I heard a terrifying loud banging on the roof. It sounded like something slid off onto the ground. Suddenly, the ambient temperature seemed to increase slightly. Mr. Fraust’s eyes showed a stunned gaze, and his mouth hung open.
“What is it?” I asked. He did not respond.
Despite my fears, I marched towards the front door and opened it up. There was a cloud of black and grey smoke in front of the factory, hovering above the ground and apparently originating from it.
I did not see anything else unusual, except that the world in 1898 looked very different from what I was used to. Still, there was a queasy feeling as I went back into the factory to check on Mr. Fraust.
“What is out there?” he asked me urgently.
“Smoke,” I replied.
“Mr–” he whispered. He fainted and collapsed to the ground.
I heard a frantic knocking on the door.
Had Mr. Knife come back from the dead?
Terror paralyzed me. I could not manage to move a muscle.
Mr. Frost barged in.
“You! Get the fire extinguisher! Hurry!” he ordered, pointing at me. My paralysis breaking, I ran around the factory room desperately, neglecting to ask where the fire extinguisher was.
It was nowhere to be found.
“Hurry!” yelled Mr. Frost from the office.
It was way off in the farthest corner of the room. The fire extinguisher was more like a large red and yellow pressurized can, being from the 1950’s or 60’s. It was quite heavy as I lugged it back.
Mr. Frost was waiting impatiently by the door. He snatched the apparatus from me and jumped out the door. Smoke poured in from outside.
Covering my mouth, I took a step outside and saw the house and factory surrounded on two sides by an inferno of fire. Mr. Frost combated the blaze by shooting a stream of water at it. The door of the house swung open and Mr. Crause ran out with a bucket and dumped it onto a section of the blaze, which crackled and smoked as it went out.
The gigantic fire had been reduced halfway, but Mr. Frost’s extinguisher was running out and it was encroaching even closer to the house.
“Get the other one!” he yelled.
I frantically searched through the factory workroom again but could not find it. Hopeless, I returned to the office and was about to tell Mr. Frost the news, when I glimpsed another extinguisher right under the desk, next to the wall.
I brought it to Mr. Frost. Mr. Crause readied another bucket.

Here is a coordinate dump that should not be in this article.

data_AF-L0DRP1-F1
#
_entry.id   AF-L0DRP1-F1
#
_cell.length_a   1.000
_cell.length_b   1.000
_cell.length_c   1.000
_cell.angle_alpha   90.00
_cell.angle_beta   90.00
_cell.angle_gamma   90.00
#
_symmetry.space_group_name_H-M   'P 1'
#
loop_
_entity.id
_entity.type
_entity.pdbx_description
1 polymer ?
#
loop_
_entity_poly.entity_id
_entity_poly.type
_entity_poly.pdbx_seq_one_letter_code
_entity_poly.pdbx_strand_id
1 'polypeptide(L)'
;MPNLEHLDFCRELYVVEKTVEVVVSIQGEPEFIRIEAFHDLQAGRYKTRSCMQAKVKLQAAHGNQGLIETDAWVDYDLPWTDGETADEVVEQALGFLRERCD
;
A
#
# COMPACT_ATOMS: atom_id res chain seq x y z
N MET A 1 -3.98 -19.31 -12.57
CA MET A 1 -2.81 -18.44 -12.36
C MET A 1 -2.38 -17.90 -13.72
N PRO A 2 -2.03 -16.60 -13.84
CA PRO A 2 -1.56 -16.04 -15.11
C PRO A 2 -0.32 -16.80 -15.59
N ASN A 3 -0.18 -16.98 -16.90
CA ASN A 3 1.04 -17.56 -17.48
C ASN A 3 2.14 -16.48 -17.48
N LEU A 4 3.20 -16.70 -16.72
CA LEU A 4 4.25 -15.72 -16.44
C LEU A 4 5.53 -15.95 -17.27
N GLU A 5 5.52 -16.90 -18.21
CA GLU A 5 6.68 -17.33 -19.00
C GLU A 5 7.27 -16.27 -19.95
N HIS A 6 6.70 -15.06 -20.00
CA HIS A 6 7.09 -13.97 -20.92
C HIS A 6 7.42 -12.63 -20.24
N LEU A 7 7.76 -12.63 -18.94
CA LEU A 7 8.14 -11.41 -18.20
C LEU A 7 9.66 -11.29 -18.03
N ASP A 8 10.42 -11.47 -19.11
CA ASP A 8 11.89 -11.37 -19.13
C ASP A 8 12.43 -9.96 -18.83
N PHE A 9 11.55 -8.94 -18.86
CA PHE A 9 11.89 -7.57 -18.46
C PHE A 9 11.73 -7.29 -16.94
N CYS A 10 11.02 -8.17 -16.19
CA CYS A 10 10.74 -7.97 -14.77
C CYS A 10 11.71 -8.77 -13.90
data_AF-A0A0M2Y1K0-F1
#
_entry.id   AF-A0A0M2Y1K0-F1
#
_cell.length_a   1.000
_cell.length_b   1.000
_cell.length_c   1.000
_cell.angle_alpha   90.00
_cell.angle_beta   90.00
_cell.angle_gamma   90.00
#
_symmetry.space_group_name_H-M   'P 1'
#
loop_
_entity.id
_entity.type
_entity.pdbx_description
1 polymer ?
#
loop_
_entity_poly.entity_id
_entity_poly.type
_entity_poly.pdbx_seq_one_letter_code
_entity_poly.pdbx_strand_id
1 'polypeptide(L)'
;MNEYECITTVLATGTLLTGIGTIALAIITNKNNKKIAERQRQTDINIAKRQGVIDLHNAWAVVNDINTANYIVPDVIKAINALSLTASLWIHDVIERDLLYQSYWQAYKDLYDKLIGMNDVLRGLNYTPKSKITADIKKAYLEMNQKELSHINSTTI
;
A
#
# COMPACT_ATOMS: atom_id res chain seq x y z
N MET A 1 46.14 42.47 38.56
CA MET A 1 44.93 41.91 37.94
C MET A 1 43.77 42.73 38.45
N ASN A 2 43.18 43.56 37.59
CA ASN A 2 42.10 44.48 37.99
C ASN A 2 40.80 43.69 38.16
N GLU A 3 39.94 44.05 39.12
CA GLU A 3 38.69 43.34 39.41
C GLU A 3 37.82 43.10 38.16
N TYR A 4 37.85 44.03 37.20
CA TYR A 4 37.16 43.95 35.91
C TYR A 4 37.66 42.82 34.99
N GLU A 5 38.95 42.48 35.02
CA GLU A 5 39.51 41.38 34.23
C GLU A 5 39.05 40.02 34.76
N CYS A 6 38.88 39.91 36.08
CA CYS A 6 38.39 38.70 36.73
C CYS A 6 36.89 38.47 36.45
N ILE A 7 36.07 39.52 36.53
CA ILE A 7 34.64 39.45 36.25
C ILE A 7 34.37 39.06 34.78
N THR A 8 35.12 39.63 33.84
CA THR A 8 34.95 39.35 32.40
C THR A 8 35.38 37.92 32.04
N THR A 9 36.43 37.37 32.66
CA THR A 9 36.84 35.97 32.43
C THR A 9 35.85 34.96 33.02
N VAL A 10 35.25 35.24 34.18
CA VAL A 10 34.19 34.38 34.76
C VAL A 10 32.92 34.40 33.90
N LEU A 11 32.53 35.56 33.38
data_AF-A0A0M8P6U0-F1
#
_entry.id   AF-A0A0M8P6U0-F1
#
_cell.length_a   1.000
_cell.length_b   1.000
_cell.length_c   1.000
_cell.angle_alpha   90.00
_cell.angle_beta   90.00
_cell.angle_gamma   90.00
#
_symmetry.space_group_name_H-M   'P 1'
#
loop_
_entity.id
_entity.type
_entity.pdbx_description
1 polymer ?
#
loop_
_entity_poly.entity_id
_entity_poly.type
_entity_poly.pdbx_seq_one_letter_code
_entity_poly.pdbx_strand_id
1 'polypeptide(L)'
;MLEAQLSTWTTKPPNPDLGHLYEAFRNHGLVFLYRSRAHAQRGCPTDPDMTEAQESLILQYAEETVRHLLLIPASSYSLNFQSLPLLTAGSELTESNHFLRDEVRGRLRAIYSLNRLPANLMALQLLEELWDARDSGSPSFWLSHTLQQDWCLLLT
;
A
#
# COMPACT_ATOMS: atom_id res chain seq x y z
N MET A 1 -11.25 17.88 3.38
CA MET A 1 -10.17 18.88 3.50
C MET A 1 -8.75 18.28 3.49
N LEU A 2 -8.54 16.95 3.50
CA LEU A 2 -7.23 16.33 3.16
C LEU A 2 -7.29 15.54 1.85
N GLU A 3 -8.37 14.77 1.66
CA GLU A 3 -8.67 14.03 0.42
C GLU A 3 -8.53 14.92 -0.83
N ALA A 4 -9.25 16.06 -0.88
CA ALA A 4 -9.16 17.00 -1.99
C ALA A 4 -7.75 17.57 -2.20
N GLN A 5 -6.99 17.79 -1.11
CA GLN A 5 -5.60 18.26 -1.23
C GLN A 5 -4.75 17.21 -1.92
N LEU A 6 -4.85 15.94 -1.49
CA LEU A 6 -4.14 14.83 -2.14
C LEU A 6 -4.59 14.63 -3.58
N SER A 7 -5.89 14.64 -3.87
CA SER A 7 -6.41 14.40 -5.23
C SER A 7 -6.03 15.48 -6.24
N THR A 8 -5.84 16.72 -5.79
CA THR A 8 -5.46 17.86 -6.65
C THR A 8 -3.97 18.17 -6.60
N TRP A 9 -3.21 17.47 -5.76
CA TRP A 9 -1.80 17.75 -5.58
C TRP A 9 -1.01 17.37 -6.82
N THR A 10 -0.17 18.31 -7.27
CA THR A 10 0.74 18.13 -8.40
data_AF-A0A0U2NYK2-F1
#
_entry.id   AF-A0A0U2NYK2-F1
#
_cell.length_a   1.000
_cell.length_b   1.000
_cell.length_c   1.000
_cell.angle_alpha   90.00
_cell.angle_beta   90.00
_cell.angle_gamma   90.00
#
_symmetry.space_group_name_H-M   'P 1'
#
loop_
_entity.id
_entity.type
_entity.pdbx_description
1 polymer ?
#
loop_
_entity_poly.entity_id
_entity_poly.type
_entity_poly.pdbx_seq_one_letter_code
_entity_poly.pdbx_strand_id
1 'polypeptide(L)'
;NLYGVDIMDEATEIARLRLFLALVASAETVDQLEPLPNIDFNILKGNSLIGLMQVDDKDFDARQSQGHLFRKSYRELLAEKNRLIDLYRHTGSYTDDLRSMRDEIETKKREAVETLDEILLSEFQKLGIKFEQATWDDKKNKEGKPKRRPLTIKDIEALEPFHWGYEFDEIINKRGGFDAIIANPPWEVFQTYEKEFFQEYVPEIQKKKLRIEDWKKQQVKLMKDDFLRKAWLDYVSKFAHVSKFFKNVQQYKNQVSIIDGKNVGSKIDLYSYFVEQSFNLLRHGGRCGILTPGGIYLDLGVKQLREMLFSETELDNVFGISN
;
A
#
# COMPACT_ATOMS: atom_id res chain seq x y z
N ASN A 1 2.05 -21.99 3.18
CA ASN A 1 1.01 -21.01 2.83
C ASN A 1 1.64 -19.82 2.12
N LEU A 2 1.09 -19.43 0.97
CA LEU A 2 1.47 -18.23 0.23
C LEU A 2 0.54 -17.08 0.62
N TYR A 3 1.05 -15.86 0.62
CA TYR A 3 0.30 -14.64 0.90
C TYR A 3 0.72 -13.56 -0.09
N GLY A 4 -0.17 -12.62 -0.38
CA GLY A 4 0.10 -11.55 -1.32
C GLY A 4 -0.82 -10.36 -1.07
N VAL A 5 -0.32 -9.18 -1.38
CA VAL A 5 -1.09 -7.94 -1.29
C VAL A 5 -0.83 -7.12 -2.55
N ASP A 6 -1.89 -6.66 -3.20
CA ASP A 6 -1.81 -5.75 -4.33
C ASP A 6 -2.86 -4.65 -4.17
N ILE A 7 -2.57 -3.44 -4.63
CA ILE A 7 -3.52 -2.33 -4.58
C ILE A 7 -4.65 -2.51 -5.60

Just as the fire was about to reach the far wall of the house, Mr. Crause put it out. On the other side, Mr. Frost finished off the last of it.
I heard coughing from the butler. It was even smokier now than before.
There was some refuge back in the safety of the workroom. Mr. Fraust came to from his fainting spell, slightly disoriented.
I knelt down by his side and reassured him, not telling him about the fire, although its existence was obvious from the smoke that had poured in in no small quantity from the opening and shutting of the door.
Mr. Frost appeared and placed the empty fire extinguisher cans on top of the desk in the office.
“What is all that smoke?” wondered Mr. Fraust.
“Nothing,” I replied, clearly lying.
“No!” said Mr. Fraust to himself, unbelieving. He struggled to his feet and headed towards the door.
“What’s going on?” I called out to Mr. Frost. He headed towards me.
“I’m afraid to tell you the reason for the fire,” he said, his face cold and expressionless.
“I am quite sure, however, that it came from the being known as Mr–“
A scream from outside interrupted him.
“We have to go!” he said.
Not interested in missing anything, I sprinted past Mr. Frost and left the building.
Mr. Fraust was nowhere to be seen outside, so I supposed he therefore had to be in the mansion.
“Is anybody here?” I called, opening the front door. There was a noise from upstairs.
Cautiously, I approached the stairs.
“Stop!” yelled Mr. Fraust from Mr. Frost’s office. There were scuffling noises. Strangely, I felt a strong sensation of heat as I climbed the staircase.
At the top, an insane sight awaited me. Mr. Fraust was cowering in front of a red-haired suited man whom I had never seen before. His face was covered in pimples and his presence felt immediately annoying. He was about the same age as Mr. Frost.
“Ahh, it’s about time we met!” he grinned evilly. It was almost like his body was burning. The temperature of the room had skyrocketed.
“I suppose you can guess what my name is,” he said, warmly. Still, I detected a streak of fire behind his eyes.
Silenced by the awkwardness of the conversation and a hunch to keep my mouth shut, I simply stood there.